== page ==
NBCU Offers New Ad Formats Aimed at Engaging Viewers

NBCUniversal Ad Innovations
(Image credit: NBCUniversal)

Like they used to say in commercials, but wait, there’s more.

In its continuing effort to make commercials more engaging for viewers and more effective for marketers, NBCUniversal has come back from its lab with another nine ways to deliver advertising messages.

NBCU has been in the commercial innovation business for five years, ever since it decided that it would remain ad supported in a changing TV where some competitors saw being ad free as a compelling strategy and product attribute.

“Our company was steadfast and committed to being ad-supported everywhere we show up, whether that’s streaming or linear or digital or social,” Josh Feldman, global chief marketing office at NBCUniversal, advertising & partnerships, told Broadcasting+Cable.

NBCU has rolled out 60 innovations, most recently at its One 22 tech presentation in April and last week at Peacock’s new front. With a ton of research in the books, Feldman says that viewers are 88% more likely to remember the brand when they see it in one of the new formats and 79% less likely to change the channel.

“If we see one isn’t selling or one isn’t quite as effective as the rest, we’re not afraid to sunset those commercial innovations,” he said. “But we’ve also seen that the vast majority of them have been incredibly successful, so we just keep adding new ones and keep the ones that are working out there.” 

Importantly, the innovations are somewhat more important with younger viewers, the ones most advertisers are keen to reach, Feldman added.

NBCUniversal Advertising

(Image credit: NBCUniversal)

The newest edition of NBC commercial innovation starts with the Attention Lab. That’s where NBCU marries its art with science, according to Collette Winn, VP, strategy & operations, creative partnerships, NBCUniversal. In the lab, NBCU tests branded content and creative and does tracking with storyboards and rough cuts to make sure they’re engaging and to fill in any spots where viewer attention dips.

The other new ad formats are:

Retro Ads, which are produced to look and feel like period pieces and intended to air during shows set in the past. One example was an ad for Wendy’s breakfast sandwiches during Annie! Live. “A retro ad in a show that isn’t retro in nature would probably be less effectives, but we’re being very specific on contextually placing these innovations where they’re going to work best,” Feldman said.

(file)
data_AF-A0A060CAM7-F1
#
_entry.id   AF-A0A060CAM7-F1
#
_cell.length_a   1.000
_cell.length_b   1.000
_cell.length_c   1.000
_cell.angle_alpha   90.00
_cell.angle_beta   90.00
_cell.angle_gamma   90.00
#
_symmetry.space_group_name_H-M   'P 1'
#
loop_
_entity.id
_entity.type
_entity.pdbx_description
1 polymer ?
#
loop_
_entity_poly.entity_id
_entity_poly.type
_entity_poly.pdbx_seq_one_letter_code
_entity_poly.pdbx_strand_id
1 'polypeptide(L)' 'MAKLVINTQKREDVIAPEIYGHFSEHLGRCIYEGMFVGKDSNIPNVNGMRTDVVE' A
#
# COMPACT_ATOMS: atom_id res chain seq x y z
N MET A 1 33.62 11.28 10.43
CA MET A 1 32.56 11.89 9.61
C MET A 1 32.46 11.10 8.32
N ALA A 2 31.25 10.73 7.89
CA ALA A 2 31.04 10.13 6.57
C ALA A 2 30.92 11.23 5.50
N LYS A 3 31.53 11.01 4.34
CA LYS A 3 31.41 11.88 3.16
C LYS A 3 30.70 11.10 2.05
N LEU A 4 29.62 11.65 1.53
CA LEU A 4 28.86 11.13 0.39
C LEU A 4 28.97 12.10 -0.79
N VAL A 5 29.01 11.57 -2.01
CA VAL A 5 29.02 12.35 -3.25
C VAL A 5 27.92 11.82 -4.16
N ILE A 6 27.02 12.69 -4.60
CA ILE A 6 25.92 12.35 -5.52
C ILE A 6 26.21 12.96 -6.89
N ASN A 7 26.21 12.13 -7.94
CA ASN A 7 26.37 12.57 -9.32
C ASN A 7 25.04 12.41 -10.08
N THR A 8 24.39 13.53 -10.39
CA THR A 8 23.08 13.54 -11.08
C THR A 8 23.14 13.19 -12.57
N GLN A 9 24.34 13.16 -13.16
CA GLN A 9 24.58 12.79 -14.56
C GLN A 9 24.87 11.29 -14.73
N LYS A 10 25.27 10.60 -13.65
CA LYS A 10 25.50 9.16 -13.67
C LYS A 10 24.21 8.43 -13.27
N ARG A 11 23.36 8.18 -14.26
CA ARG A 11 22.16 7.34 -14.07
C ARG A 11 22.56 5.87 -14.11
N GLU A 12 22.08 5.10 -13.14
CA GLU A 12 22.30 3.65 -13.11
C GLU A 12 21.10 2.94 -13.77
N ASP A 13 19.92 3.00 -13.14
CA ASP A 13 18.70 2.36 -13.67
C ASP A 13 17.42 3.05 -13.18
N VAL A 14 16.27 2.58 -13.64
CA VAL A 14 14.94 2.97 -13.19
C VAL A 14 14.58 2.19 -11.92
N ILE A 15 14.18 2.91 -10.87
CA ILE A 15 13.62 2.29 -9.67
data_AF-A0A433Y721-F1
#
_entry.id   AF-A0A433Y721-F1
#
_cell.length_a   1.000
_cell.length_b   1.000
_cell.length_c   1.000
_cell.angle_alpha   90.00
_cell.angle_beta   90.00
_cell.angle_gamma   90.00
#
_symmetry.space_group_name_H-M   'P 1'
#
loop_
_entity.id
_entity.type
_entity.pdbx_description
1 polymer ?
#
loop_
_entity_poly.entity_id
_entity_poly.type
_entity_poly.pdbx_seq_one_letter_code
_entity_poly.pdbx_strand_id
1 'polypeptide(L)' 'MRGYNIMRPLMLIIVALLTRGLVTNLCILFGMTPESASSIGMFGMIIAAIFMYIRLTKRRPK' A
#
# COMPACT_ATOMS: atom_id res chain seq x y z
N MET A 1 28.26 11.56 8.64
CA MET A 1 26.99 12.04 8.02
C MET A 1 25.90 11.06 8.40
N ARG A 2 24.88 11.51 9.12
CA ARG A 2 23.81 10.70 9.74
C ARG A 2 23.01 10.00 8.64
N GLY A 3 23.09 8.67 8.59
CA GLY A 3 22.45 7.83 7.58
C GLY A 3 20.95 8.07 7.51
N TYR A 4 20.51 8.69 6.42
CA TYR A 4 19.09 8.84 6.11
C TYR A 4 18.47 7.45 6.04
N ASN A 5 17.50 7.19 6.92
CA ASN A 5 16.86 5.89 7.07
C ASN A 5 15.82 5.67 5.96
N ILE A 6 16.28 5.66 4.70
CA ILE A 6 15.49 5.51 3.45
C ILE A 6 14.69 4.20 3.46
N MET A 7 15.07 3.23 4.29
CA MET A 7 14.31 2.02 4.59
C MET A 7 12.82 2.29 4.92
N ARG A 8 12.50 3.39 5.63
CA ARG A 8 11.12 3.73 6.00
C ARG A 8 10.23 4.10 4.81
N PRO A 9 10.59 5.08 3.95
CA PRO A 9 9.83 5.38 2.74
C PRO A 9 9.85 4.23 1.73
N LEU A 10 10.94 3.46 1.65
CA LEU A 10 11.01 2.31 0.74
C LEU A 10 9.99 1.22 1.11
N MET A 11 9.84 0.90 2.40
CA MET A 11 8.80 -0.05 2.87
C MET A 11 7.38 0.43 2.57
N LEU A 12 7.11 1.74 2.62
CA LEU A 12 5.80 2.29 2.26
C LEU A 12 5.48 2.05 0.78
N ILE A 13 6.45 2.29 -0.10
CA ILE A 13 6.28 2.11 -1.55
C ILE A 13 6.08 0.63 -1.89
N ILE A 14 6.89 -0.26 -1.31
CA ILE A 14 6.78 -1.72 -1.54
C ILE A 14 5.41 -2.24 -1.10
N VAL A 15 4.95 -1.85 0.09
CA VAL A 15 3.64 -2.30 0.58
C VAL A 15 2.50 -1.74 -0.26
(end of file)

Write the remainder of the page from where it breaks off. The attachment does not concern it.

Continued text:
The AR Portal uses augmented reality to {bring NBC’s fan base into the metaverse of our shows,” said Winn. With a QR code on one’s phone, your avatar appears in the Top Chef kitchen so you can feel like you’re cooking alongside the chef. “It’s an immersive experience that creates an incredible opportunity for brands to come and play,” she said. NBCU executed some elements of the AR Portal for Verizon during last year’s Thanksgiving Day Parade.

Picture-In-Picture Expanded Storytelling lets a sponsor bring viewers backstage during a tentpole event like the Latin Billboard Awards on Telemundo. Again a QR code gives the viewer access, with the brand fully integrated into the experience. “It isn’t a sponsored-by. The advertiser is more woven in,” Winn said.

The Shop Drop pulls all of the elements of NBCU’s commercial arsenal, including talent, livestreams and opportunities to scan codes and buy products. “At the right moment when a client wants to drop a new product launch, we can drive marquee attention to it at scale and pull all of our levers,” she said. “It’s a symphony of commerce and activation.”

Double Box Creative in Context put ad messages on the screen when they’re most relevant. For example, when NFL star Patrick Mahomes takes the field, one of the State Farm commercials he’s in can appear on the screen at the same time. Or when Halle Berry is on the red carpet, her commercial for L’Oreal shows up. “It’s a tremendous mechanism to be able to bring a brand into the content and connect it contextually as close as possible,” Winn said.

The NBCU Social Studio helps clients tap into pop culture moments and trending conversations, with NBCU content on its own digital platform and with social media partners.

Interactive Countdown Clock lets advertisers capitalize the anticipation building around a scheduled event. NBCU is already using the countdown format to signal to viewers when its brief prime pods are going to end and content will resume. An advertisers could use the Countdown Clock to let viewers know when a Real Housewives reunion is coming up and lean into the hype and the excitement, Winn said.

Sequential Storytelling is designed to use first-party data to take a targeted audience through the marketing funnel from awareness to purchase. The first ad would make those viewers aware of a travel package. Those viewers next would see an ad highlighting the destination's spa facilities. After that, commerce-enabled create would be deployed to get actual booking.

The new innovations are available immediately and will be part of NBCU’s upfront discussions, Feldman said. ■

Jon Lafayette

Jon has been business editor of Broadcasting+Cable since 2010. He focuses on revenue-generating activities, including advertising and distribution, as well as executive intrigue and merger and acquisition activity. Just about any story is fair game, if a dollar sign can make its way into the article. Before B+C, Jon covered the industry for TVWeek, Cable World, Electronic Media, Advertising Age and The New York Post. A native New Yorker, Jon is hiding in plain sight in the suburbs of Chicago.